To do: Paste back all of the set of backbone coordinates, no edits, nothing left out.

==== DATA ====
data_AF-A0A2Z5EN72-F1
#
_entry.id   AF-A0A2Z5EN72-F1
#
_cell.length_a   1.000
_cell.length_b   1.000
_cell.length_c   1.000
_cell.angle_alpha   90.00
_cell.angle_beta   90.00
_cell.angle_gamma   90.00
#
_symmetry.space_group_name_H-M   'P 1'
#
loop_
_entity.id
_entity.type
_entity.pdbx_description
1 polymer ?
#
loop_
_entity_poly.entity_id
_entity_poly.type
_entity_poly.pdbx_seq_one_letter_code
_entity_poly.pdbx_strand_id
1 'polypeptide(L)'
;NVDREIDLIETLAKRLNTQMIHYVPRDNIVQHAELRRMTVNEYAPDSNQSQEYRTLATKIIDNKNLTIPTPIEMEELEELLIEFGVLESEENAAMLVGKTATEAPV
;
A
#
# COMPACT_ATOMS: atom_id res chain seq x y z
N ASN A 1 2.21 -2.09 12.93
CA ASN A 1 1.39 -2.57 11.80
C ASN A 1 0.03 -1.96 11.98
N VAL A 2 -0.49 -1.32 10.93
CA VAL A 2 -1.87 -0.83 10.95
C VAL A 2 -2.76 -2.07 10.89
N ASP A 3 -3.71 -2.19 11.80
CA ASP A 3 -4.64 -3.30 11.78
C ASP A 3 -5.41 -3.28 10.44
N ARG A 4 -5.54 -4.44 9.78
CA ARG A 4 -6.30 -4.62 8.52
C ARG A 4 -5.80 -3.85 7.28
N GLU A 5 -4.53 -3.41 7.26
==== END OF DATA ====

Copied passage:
data_AF-A0A2Z5EN72-F1
#
_entry.id   AF-A0A2Z5EN72-F1
#
_cell.length_a   1.000
_cell.length_b   1.000
_cell.length_c   1.000
_cell.angle_alpha   90.00
_cell.angle_beta   90.00
_cell.angle_gamma   90.00
#
_symmetry.space_group_name_H-M   'P 1'
#
loop_
_entity.id
_entity.type
_entity.pdbx_description
1 polymer ?
#
loop_
_entity_poly.entity_id
_entity_poly.type
_entity_poly.pdbx_seq_one_letter_code
_entity_poly.pdbx_strand_id
1 'polypeptide(L)'
;NVDREIDLIETLAKRLNTQMIHYVPRDNIVQHAELRRMTVNEYAPDSNQSQEYRTLATKIIDNKNLTIPTPIEMEELEELLIEFGVLESEENAAMLVGKTATEAPV
;
A
#
# COMPACT_ATOMS: atom_id res chain seq x y z
N ASN A 1 2.21 -2.09 12.93
CA ASN A 1 1.39 -2.57 11.80
C ASN A 1 0.03 -1.96 11.98
N VAL A 2 -0.49 -1.32 10.93
CA VAL A 2 -1.87 -0.83 10.95
C VAL A 2 -2.76 -2.07 10.89
N ASP A 3 -3.71 -2.19 11.80
CA ASP A 3 -4.64 -3.30 11.78
C ASP A 3 -5.41 -3.28 10.44
N ARG A 4 -5.54 -4.44 9.78
CA ARG A 4 -6.30 -4.62 8.52
C ARG A 4 -5.80 -3.85 7.28
N GLU A 5 -4.53 -3.41 7.26